Shadowrun Character Sanity

by Keith Ammann
of Rogue's Gallery

As charisma is always in low demand by player characters (cause which GM wants to spoil every adventure by continued "they wont talk to you" attitude..), sanity controles the mental boundary that characters have to follow.

How human is your character ?

A character's Sanity attribute is computed according to the following formula: SAN = CHA + (ESS + WIL) / 2. The minimum possible Sanity is 1.5. The maximum is dependent on racial maximums - e.g., since Elves have maximum Charisma 8, they can have Sanity of up to 14, whereas since Trolls have maximum Charisma 4 and maximum Willpower 5, their Sanity can only reach 9.5. (The score can, however, be raised above this "base maximum" by magical means or Karma spending.) For practical use, Sanity is always rounded down to the nearest whole number; the score itself, however, retains any fractions.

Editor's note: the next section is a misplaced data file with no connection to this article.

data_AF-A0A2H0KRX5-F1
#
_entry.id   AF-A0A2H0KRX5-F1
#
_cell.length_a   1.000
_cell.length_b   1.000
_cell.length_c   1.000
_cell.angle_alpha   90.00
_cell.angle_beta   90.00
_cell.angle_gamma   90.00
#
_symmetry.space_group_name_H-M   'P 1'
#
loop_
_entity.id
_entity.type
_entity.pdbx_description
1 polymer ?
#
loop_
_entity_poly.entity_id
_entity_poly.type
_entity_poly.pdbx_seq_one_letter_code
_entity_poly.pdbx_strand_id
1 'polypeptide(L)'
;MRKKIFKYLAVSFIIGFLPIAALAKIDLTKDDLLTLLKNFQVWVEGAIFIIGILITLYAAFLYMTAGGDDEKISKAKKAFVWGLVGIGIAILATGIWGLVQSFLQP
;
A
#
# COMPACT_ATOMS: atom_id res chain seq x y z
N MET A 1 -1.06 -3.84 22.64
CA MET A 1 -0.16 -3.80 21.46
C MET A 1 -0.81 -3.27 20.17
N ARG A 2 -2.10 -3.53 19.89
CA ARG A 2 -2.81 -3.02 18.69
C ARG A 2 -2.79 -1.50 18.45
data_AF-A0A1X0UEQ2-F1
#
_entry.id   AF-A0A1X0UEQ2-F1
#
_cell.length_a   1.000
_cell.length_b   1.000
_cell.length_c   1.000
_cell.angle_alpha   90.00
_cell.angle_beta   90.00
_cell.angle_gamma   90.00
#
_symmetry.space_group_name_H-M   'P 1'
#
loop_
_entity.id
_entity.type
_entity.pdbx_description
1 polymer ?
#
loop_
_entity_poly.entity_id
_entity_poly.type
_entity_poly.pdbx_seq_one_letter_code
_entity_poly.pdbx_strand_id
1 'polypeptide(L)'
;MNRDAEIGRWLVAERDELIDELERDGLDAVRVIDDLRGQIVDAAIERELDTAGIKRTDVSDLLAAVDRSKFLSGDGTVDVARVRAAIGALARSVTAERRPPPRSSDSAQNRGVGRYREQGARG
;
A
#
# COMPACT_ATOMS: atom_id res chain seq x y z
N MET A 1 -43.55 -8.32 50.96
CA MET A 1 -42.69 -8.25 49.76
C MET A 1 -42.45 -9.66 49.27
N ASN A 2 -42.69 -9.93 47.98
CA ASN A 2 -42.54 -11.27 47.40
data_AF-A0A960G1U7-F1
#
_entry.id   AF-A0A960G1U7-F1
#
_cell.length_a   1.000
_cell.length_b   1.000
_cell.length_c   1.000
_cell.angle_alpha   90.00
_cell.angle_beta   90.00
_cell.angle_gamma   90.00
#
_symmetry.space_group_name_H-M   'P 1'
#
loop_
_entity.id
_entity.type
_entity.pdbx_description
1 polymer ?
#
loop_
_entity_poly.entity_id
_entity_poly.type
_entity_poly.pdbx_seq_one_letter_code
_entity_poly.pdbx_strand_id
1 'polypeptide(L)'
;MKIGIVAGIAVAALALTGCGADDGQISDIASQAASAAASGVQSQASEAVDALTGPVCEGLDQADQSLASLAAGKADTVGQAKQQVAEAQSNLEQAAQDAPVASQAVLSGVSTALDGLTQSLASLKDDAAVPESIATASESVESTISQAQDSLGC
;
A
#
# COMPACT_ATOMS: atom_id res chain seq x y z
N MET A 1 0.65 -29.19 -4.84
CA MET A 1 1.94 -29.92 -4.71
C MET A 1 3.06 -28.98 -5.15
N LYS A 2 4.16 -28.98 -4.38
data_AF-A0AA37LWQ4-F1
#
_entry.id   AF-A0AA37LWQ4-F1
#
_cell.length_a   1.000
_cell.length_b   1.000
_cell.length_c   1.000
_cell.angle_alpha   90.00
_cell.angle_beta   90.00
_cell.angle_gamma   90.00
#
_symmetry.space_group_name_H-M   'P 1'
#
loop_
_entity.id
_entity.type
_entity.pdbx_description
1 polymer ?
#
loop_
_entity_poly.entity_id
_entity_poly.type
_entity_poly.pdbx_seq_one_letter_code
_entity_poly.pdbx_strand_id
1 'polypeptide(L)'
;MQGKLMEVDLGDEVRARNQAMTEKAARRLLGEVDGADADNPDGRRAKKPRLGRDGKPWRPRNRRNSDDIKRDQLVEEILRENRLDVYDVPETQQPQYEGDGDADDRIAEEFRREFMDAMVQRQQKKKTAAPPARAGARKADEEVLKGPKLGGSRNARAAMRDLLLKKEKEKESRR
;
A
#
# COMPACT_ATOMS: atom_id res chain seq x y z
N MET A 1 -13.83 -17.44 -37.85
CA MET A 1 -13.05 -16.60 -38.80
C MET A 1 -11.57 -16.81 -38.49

Sanity represents a character's mental well-being - or, more accurately, his capacity for mental well-being. Sanity represents the upper limit of a character's health. A character can behave below his Sanity level but not above. Each Sanity score represents a certain stage in mental development. How a character acts at each stage is largely dependent on his own basic anxieties or fears, but certain distinctive behavior patterns typify each stage.

Your Sanity

Sanity Behaviour
11+ LIBERATED. This character is free from basic fears and anxieties and has developed himself to his fullest potential.
10 SELF-AWARE. This character's basic fear feeds an inner desire, which he satisfies by developing a specific skill that gives him confidence and keeps him well-balanced.